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Old 05-28-2012, 08:14 PM   #15
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Originally Posted by polarlyse View Post
Sounds as if the rebuilding of the Going .... Sun Rd. is a yearly undertaking. So if I wish to sum up what's been presented :::: Rt. 2 is passable with a trailer in tow. Going ...Sun they are not permitted. That answers my inquiry, Thanks.

Regarding RMNP, looks like 2 roads. I took one on my trip that went over a high pass ( maybe 13000' or so ) with snow in early July. Google maps shows 2 but I don't know which I had taken. Going up from the Estes Park side didn't seem too bad but over the top going down the western slope was much more interesting and I might not recommend towing. Not sure if the other choice is any better.

Further comments / suggestions / experiences will still be appreciated.

Thanks all.

It was probably Trail Ridge road that you took. High elevation and closed most of the year due to snow..

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Old 05-28-2012, 08:19 PM   #16
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Originally Posted by mojo View Post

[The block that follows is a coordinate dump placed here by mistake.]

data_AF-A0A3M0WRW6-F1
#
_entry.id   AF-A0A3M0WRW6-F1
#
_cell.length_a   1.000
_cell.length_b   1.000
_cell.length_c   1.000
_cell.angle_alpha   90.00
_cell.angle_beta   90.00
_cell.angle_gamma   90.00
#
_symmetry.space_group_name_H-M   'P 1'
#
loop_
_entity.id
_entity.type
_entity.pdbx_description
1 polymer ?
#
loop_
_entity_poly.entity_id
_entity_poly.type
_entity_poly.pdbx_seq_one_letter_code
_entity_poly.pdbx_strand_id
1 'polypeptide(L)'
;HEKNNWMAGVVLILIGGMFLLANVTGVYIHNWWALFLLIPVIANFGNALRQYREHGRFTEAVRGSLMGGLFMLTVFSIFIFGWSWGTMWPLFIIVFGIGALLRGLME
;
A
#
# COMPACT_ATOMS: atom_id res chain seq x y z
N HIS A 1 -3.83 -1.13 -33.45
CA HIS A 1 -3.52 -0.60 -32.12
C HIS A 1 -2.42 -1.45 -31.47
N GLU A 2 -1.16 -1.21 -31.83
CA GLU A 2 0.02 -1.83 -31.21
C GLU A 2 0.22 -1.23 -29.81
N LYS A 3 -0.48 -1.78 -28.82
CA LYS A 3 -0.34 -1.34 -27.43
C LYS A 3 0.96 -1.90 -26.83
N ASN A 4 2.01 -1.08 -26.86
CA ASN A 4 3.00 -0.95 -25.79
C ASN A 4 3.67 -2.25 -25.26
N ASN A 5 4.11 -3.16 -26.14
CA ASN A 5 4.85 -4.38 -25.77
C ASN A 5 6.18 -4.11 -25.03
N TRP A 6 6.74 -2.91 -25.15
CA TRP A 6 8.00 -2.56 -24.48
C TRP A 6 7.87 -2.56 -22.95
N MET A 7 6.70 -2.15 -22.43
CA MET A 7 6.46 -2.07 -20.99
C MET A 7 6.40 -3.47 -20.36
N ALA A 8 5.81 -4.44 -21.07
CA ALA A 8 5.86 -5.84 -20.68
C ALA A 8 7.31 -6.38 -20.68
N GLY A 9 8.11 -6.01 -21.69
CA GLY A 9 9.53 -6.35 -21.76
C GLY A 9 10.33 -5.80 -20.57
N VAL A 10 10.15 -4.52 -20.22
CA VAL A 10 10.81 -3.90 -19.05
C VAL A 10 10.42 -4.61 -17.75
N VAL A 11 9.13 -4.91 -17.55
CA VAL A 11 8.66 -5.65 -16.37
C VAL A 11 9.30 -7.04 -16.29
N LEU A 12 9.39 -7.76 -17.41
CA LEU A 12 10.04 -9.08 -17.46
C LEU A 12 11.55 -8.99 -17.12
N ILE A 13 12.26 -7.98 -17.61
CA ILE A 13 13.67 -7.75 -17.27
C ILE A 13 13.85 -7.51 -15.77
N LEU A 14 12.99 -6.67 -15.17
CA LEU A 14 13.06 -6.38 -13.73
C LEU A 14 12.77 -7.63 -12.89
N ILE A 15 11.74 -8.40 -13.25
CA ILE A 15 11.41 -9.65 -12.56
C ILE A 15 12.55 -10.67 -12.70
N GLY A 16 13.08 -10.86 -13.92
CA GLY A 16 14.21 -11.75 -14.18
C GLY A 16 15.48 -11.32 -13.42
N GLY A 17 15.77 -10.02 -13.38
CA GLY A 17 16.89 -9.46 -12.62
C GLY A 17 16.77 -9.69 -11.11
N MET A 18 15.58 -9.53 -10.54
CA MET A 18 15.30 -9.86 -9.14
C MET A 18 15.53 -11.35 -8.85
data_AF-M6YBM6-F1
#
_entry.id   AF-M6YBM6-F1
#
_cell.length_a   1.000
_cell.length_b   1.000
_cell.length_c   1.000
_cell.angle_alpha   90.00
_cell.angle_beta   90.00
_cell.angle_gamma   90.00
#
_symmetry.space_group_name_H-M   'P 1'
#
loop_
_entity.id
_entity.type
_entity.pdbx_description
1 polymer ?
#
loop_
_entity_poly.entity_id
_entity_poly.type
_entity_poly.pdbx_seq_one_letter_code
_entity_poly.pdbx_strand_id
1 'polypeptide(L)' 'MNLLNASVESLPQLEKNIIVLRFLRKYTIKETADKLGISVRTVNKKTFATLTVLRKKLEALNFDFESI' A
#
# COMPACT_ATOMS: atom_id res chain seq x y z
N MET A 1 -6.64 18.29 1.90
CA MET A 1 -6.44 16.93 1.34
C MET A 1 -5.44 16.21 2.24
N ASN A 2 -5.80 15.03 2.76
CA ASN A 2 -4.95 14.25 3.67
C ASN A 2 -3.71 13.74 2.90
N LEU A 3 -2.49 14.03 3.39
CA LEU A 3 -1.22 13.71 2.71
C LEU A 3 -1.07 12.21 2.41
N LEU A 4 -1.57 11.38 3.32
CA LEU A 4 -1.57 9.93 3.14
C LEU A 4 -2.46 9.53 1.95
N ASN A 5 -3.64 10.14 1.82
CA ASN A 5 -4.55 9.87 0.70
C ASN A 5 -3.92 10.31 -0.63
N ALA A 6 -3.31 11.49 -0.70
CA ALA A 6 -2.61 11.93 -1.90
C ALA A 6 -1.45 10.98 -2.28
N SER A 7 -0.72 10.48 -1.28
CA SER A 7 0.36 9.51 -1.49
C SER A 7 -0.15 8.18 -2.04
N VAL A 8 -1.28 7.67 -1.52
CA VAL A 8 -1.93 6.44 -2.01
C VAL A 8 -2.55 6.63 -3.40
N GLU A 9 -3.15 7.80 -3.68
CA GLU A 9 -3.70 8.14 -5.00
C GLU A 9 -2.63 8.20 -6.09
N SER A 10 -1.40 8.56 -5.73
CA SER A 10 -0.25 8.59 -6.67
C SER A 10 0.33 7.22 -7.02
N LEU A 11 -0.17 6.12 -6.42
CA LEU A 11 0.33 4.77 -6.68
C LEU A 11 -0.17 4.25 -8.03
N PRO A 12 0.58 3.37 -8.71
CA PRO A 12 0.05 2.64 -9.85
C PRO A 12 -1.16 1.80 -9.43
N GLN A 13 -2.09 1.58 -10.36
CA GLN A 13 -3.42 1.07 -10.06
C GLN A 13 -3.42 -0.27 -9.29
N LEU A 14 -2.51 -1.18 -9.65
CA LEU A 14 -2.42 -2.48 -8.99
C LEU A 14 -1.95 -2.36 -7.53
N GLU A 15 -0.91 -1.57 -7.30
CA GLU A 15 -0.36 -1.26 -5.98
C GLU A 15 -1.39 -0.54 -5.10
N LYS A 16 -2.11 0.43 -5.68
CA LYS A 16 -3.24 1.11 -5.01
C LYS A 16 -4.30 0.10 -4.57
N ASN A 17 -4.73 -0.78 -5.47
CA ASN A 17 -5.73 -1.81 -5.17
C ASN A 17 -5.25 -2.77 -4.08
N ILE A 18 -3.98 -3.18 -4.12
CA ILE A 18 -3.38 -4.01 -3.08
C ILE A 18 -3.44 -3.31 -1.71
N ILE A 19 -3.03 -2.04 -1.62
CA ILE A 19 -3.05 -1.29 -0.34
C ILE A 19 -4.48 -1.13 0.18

We did that route last August. If you stay at Many Glacier (more remote and more wildlife) or St. Marys, best route is 89 over to Browning and down to East Glacier and Hwy 2. Although 49 is shorter, they caution against long trailers, 89 is curvy enough. From E. Glacier, Hwy 2 is no problem. We also found that the shuttle was a lot less hassle on the GTS road due to construction if you want to get off and hike. Parking can be a problem at many popular stops along the GTS.
DI'd you camP at many glacier with your rig? We have a 23 foot AS and I would love to camp there. Didn't know they had sites that would accommodate this size rig... What a BEAUTIFUL place!


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Old 05-28-2012, 08:46 PM   #17
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Avalanche Creek

I spent several days at Glacier with my 2002 ASCL 31' with no problems.

It hasn't been mentioned yet so I'll suggest that while you are there walk up "Avalanche Creek", which is a narrow, cut through the rocks, relatively high volume "creek", to the lake which feeds it, which in turn is fed by snow melt waterfalls which can be seen in the distant mountains across the lake.